“While back belts and shoe insoles didn’t seem to offer a benefit, they determined, exercise reduced the risk of repeated low-back pain in the year following an episode between 25 and 40 percent. It didn’t really matter what kind of exercise — core strengthening, aerobic exercise, or flexibility and stretching. Their review was published Monday in JAMA Internal Medicine.

“If there were a pill out there that could reduce your risk of future episodes of back pain by 30 percent, I’d probably be seeing ads on television every night,” says Dr. Tim Carey, an internist at the University of North Carolina in Chapel Hill who wrote an accompanying commentary in the journal.

And yet, he says, health care providers don’t prescribe exercise nearly enough, given its effectiveness. Carey says fewer than half of patients participate in an exercise program, even if they have long-term back pain.

In researching what docs do and don’t prescribe, Carey found that passive treatments were much more common, like ultrasound or traction treatments, back belts and orthotic insoles. “Prescribing ineffective treatments for patients may actually distract them and give them a false sense of security away from treatments that are actually beneficial,” Carey says.

The discrepancy between what’s most effective and what’s most prescribed highlights a bigger problem: The health industry is centered on sellable products, and exercise isn’t one.”


Massage Therapy: Decreased Fibrosis, + Recovery

Very interesting study done, published in the Journal of the Neurological Sciences with the title: “Manual therapy as an effective treatment for fibrosis in a rat model of upper extremity overuse injury”.  (Study used rats, not human subjects).  It is much easier from a human ethics point of view to artificially induce repetitive movement disorders in rats than it is doing so in humans…

Bottom line: results indicate that massage therapy lead to decreases in pain and improved function in repetitive movement disorders.

Abstract: Key clinical features of carpal tunnel syndrome and other types of cumulative trauma disorders of the hand and wrist include pain and functional disabilities. Mechanistic details remain under investigation but may involve tissue inflammation and/or fibrosis. We examined the effectiveness of modeled manual therapy (MMT) as a treatment for sensorimotor behavior declines and increased fibrogenic processes occurring in forearm tissues of rats performing a high repetition high force (HRHF) reaching and grasping task for 12 weeks. Young adult, female rats were examined: food restricted control rats (FRC, n = 12); rats that were trained for 6 weeks before performing the HRHF task for 12 weeks with no treatment (HRHF-CON, n = 11); and HRHF task rats received modeled manual therapy (HRHF-MMT, n = 5) for 5 days/week for the duration of the 12-week of task. Rats receiving the MMT expressed fewer discomfort-related behaviors, and performed progressively better in the HRHF task. Grip strength, while decreased after training, improved following MMT. Fibrotic nerve and connective tissue changes (increased collagen and TGF-β1 deposition) present in 12-week HRHF-CON rats were significantly decreased in 12-week HRHF-MMT rats. These observations support the investigation of manual therapy as a preventative for repetitive motion disorders.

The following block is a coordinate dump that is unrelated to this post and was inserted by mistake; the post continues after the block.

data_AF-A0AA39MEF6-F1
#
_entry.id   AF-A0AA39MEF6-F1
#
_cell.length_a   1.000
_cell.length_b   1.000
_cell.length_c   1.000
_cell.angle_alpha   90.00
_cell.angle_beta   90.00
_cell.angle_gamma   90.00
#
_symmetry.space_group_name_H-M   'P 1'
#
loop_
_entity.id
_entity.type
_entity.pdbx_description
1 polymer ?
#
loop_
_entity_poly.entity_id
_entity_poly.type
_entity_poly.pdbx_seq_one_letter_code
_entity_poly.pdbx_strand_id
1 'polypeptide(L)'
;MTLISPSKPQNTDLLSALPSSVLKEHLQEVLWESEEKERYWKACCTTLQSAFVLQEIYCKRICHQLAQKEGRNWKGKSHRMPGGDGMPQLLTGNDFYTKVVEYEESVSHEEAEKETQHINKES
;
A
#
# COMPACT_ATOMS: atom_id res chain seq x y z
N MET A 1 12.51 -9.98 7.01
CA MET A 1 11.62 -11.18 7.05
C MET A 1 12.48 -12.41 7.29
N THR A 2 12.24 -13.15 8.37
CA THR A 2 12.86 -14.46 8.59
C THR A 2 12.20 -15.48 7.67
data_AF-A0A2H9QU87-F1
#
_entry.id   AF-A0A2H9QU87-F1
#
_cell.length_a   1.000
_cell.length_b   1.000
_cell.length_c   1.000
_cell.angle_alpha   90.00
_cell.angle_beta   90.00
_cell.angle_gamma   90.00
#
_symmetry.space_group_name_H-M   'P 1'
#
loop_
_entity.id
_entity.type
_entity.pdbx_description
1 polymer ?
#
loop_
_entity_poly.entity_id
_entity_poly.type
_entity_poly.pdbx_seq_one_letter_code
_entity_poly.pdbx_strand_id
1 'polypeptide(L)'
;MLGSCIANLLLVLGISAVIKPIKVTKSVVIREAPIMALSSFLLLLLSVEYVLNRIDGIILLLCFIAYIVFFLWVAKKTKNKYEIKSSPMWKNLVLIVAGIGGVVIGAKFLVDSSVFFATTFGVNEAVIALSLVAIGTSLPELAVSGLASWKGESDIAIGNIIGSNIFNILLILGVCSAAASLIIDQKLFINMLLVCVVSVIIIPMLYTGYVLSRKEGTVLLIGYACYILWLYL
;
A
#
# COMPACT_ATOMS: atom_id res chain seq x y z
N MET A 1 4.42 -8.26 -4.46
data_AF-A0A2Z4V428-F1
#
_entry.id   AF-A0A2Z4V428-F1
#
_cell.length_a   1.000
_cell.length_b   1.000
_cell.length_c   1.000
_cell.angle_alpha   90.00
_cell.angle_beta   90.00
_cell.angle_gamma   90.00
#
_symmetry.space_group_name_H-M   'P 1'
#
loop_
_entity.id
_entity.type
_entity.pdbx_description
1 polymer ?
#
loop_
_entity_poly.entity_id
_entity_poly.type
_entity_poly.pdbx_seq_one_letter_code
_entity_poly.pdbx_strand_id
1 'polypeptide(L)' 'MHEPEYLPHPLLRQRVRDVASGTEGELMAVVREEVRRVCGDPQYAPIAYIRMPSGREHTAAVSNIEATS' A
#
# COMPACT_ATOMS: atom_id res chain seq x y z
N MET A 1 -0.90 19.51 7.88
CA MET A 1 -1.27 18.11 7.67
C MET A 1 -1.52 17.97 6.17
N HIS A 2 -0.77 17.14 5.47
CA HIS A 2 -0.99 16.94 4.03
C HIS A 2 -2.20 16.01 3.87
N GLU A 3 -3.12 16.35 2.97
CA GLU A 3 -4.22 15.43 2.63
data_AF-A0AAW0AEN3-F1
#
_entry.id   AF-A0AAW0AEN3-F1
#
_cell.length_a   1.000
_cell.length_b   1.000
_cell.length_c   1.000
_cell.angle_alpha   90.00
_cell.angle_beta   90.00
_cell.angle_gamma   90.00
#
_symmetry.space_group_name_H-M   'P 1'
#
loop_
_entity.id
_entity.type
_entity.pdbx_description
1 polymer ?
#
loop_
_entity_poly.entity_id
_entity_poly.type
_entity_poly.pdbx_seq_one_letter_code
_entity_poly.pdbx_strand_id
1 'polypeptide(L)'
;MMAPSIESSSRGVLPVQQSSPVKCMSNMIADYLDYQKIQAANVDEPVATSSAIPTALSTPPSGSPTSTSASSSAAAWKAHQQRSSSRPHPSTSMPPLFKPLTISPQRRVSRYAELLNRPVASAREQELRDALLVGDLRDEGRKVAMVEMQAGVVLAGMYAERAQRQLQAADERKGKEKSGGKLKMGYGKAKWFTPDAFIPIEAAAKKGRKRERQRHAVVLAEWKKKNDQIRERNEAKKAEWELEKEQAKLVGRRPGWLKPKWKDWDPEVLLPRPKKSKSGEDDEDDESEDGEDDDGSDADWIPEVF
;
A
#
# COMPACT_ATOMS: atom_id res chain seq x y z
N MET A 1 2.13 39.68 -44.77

Link to abstract (I have read the full study) – http://www.jns-journal.com/article/S0022-510X(15)30093-9/abstract

Detoxes – An Undefined Scam

“It is important to understand, however, that the human body is remarkably resilient. The liver, kidneys, lungs, and several other organs work around the clock to remove harmful substances and excrete waste products of metabolism. They don’t need any help from pepper-infused lemonade. Moreover, there is evidence that commercial detox supplements are not based on facts. A 2009 investigation found that not a single company behind 15 commercial cleanses could name the toxins targeted by their treatment, agree on the definition of the word ‘detox’, or even supply evidence that their products work.”